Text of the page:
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Learning how to draw a portrait takes time and skill. Breaking it down by facial features, however, allows for greater focus and the chance to practice different aspects before putting everything together. Follow these tutorials and you’ll learn how to draw faces confidently.
Of course, before drawing facial features, you should understand how to draw the head. Drawing a realistic head shape is not easy for beginners. Depending on the angle from which you sketch the head shape, there are different challenges. In this tutorial, we'll show you how to draw a realistic head step by step.
Learning how to draw a nose should be your first task, as it’s the easiest facial feature to recreate using pencil and paper. There are a variety of methods that can be used, depending on whether you’re drawing a face straight on or in profile.
Using a basic grid of three squares across and two squares down, you can ensure the nose remains in proportion, with one nostril in the bottom left hand box and the other in bottom right. In profile, use a larger grid: the nostril should sit across the middle squares towards the bottom to ensure you get the proportions correct.
For a more basic nose, draw a triangle with a diamond shape at the bottom, before sketching in nostrils and adding shade across the top and bottom to make it more detailed. Shading the nose to look darker underneath will ensure it looks more realistic.
Working out how to draw eyes can seem daunting, especially as they are by far the most detailed part of the face. It’s best to start with a simple ellipsis that reflects the overall shape of the eye. You can try this freehand or, if you’re keen to be accurate, use a grid to make sure you’ve got the size and shape right.
If you’re drawing someone face on, remember that both the iris and pupil are perfect circles. This is vital if you’re aiming for a photorealistic finish or want to convey lifelike vision.
Having a basic grasp of shading is important, too. Pupils should be as dark as possible, while the iris should be patterned to reflect how detailed it is in real life. Using empty space to show off a light source reflecting on the eye will give your drawings a more professional edge. By shading the area above the eye, you’ll also create a neat shadow effect.
Drawing cheeks might seem as simple as adding two curves to either side of a portrait. However, there is a huge amount of nuance required to ensure cheeks look realistic.
A simple way to get cheeks right is to start with two overlapping circles drawn on top of each other, with a cross drawn from the highest and widest points. The two areas of the lower circle beneath the cross now represent cheekbones, giving you an area to work with once you’ve tacked the nose and eyes.
Knowing how to shade this area is key. The best way to understand how to get the lighting of a cheek right is to consider a sphere. The area to the top is lightest, passing through middle tones to dark at the bottom. One side sits in dark shadow, the other in lighter grey. The latter depends on which way the subject is facing and where the light source is coming from.
Working out how to draw a mouth varies depending on whether the subject has theirs open or closed. Open mouths with teeth showing are a lot harder to capture than those which are closed.
To capture the basic outline of a pair of lips, draw a horizontal axis and then a triangle across the middle. This will give you space to draw a curve above the line within the triangle to represent the drop in the middle of the upper lip. The area below the line should be used for the fuller, lower lip. Remember that the upper lip tends to be darker and should be shaded accordingly. It’s also important to keep in mind that lips do not appear well–defined unless the subject is wearing makeup.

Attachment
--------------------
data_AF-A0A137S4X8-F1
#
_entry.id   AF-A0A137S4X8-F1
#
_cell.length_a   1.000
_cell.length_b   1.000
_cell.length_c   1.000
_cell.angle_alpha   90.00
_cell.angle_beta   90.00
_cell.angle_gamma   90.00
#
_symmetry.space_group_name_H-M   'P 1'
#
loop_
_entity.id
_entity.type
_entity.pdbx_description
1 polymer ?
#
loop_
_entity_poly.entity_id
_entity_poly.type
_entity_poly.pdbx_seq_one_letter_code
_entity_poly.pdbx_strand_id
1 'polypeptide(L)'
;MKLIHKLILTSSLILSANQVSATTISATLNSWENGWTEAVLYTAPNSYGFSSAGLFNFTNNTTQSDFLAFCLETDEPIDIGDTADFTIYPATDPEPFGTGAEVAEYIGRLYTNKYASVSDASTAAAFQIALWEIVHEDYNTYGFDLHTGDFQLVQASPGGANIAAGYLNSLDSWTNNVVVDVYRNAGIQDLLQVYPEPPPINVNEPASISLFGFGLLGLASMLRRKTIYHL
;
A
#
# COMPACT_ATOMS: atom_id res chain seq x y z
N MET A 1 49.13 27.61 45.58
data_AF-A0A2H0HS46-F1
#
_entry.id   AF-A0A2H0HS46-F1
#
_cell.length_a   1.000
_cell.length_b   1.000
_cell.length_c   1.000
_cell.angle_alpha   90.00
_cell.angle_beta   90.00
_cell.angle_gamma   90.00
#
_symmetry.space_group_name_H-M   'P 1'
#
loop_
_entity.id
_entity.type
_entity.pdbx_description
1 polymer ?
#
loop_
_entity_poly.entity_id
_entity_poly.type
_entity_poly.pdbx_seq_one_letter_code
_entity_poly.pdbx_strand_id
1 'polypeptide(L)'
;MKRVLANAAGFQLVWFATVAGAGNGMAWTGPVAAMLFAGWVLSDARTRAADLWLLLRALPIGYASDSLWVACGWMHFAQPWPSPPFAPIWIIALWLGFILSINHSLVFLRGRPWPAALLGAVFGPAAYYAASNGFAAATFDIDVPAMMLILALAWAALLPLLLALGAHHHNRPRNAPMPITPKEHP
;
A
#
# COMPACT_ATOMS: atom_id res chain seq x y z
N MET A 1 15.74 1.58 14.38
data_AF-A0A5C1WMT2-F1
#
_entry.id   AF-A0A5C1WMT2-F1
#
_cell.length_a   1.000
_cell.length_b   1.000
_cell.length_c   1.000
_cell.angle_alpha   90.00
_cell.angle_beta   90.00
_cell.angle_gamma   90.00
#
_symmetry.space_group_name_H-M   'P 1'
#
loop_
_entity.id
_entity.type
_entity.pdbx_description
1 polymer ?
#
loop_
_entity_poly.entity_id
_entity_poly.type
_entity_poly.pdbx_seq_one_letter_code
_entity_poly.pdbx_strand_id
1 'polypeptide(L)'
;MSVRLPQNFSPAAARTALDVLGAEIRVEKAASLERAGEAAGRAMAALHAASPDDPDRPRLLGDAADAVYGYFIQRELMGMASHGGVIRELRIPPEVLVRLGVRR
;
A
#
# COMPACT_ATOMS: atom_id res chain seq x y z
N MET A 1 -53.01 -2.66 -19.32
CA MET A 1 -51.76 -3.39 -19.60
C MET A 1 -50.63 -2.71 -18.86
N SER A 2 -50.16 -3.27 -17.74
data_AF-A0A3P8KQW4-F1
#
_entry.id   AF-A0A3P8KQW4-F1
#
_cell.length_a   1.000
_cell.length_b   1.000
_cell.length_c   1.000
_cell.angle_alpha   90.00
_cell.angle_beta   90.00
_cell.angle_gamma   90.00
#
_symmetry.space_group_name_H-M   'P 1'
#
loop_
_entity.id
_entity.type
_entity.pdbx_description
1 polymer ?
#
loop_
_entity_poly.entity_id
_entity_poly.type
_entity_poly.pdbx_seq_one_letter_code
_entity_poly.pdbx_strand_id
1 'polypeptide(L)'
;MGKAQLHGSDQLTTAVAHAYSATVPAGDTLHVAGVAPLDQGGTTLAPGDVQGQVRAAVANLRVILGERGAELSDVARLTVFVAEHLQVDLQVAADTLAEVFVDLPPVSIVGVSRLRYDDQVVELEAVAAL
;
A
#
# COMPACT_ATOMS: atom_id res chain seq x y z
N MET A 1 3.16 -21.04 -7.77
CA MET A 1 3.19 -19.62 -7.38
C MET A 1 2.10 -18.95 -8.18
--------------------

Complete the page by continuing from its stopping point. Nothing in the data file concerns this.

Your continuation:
Teeth can be difficult to capture. Remember that there shouldn’t be a hard line between each one. Instead use shading and light lines so they don’t appear wholly separate from each other. Teeth towards the back of the mouth should be shaded darker, with a grid used to ensure they each tooth sits in proportion to the other and the perspective doesn’t become warped.
Eyebrows can easily be an afterthought, but getting them right is essential if you want to learn how to draw a portrait properly.
Rather than drawing in the hair immediately, eyebrows should be drawn in as a simple shape from the top of the brow bone. Shading is key here, as is using a softer pencil that will allow you to accentuate darker tones and draw in hairs to give the face a more detailed feel. This should be done using thin strokes, with hair becoming thicker and more tapered towards the far end of the eyebrow.
Add thickness to give a face a more defined and rugged look or opt for a thinner eyebrow if you’re aiming for a more feminine style.
Getting the hairline right is a vital aspect of how to draw a head and face. In fact, this should be defined early on, well before you start adding hair to your portrait. Knowing where the hairline is will allow you to get the proportions of a face correct, ensuring the forehead is the right size and that features like the eyes and nose don’t appear too high.
Block out an area across the top of the head, known as the hair zone. A straight hairline will appear as a curve across the forehead, while a widow’s peak will have a point at the middle of the forehead. A receding hairline appears further back on the head.
Mark this in using light strokes, so when it comes to drawing hair you can erase the line as you begin adding in a style. The lines should act as a reference point for where hair starts and how it falls across the face of your subject.
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